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Make the most of your extended trip
Having lived in Australia since 2007, I am something of a stereotypical ‘Echo Boomer’. Born in Brazil, these days I am proud to call Sydney my home. But it’s not a move that came without its challenges.
The first challenge you might face when moving overseas to study, work or simply to travel the world is communication. These days, English is widely spoken, but depending on your destination, you may need to brush up on your language skills, be it French, Spanish or something less well know.
For me, the move from Brazil to Australia meant abandoning my Portuguese, and mastering English. Whether you need to learn the basics or reach a more advanced level, finding confidence in your communication skills can take time, and it’s likely – during the early days at least – you’ll find yourself a bit anxious about your interaction.
Earlier generations might have been concerned by the prospect of integrating with another, foreign culture. But as more and more people travel, issues such as racism have widely disappeared, and Echo Boomers are perhaps less intimidated than their forebears. For me, well, I was not afraid at all.
When it comes to preparing for the trip, there is plenty to think about. What is the purpose of the trip? How long will you be gone for? How will you afford it? Will you travel alone?
My trip was designed to help build my English speaking skills, and to develop opportunities that might one day help develop my career when I moved back home to Brazil. I saved for what seemed like forever, and I sold my car to fund the flights and ensure I had enough money to see me through when I arrived in Australia.
And then comes the hardest part of all.
Saying goodbye to the most important people in your life – the ones who have always been there for when you needed them most; the ones who know who you are, your likes and dislikes, your best and worst qualities; the ones who know your favourite food, song, colour, soccer team and know exactly when (and why) you’re in a bad mood. Yes, here they are, your family and your friends.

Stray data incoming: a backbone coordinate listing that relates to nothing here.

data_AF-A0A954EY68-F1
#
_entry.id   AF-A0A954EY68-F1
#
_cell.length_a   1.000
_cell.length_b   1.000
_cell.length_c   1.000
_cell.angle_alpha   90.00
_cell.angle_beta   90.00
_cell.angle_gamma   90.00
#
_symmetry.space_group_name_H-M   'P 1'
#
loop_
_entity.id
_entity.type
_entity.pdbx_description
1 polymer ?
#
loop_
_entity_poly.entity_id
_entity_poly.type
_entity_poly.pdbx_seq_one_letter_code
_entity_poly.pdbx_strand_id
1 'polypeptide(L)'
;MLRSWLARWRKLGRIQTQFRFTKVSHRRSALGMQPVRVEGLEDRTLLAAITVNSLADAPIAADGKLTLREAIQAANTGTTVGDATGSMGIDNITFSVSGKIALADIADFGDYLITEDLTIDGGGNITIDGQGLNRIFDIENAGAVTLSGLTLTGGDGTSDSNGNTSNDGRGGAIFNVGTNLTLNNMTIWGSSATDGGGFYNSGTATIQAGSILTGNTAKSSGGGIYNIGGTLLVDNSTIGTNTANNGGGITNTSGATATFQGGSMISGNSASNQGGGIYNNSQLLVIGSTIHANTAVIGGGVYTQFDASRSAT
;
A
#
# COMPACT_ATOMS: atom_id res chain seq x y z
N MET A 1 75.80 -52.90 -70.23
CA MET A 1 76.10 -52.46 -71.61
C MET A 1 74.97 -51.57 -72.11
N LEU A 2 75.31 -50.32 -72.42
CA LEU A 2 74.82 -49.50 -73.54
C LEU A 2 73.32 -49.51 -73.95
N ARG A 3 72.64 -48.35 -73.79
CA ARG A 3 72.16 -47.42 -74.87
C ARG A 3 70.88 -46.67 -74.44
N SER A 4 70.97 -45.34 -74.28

But say goodbye you must. And, from then on, it’s all about you. You and the tens, often hundreds of ‘new’ friends, colleagues and acquaintances you meet along the way. Because, if you’re as lucky as I have been, this is exactly what will happen.
So, if you’re about to embark on your own courageous, exciting and mysterious journey, here’s my advice for making the most of your adventure.
- Strategic vision: Know what you want to get out of your time abroad. It’s all too easy to waste the opportunity you’ve been given, so set out your goals, make a plan, and achieve it.
- Stay positive: There will be times you feel lonely and homesick. Determination and focus are the attitudes that will get you through.
- Be a ‘Yes’ man! Take advantage of any opportunity that comes your way, even if it’s something as simple as talking to someone. At the very least it will help your communications skills.
- Look out for number one. Taking care of your health – both physically and mentally – is of parmount importance. Remember, when your family far away, it’s even more important to keep a balanced life.
- Move out of your comfort zone. Don’t let yourself get too comfortable. Ask yourself every day what you have done today that was better than yesterday and how is tomorrow going to be even better.
- Become multicultural. Getting to grips with the language isn’t enough. Perhaps more important than being multilingual is becoming multicultural.
- Surround yourself with new friends. It’s always good having people from your own nationality around you, but be careful! After a while you might run the risk of forgetting to experience new cultures, friends, and food.
- Get to work! You might not want to, but working is essential. Not only will you make the money you need to stay travelling, but you’ll get to meet plenty of new people and witness a different side to the country.
- Read the news. Get to know your destination a little better by reading local newspapers, watching the news channels and listening to the radio.
- Network. For me, networking – in all aspects of your life – is the key that will open doors of opportunity.
Tell us about you. Have you travelled? How did you make the most of your journey? Do you wish you’d done something differently?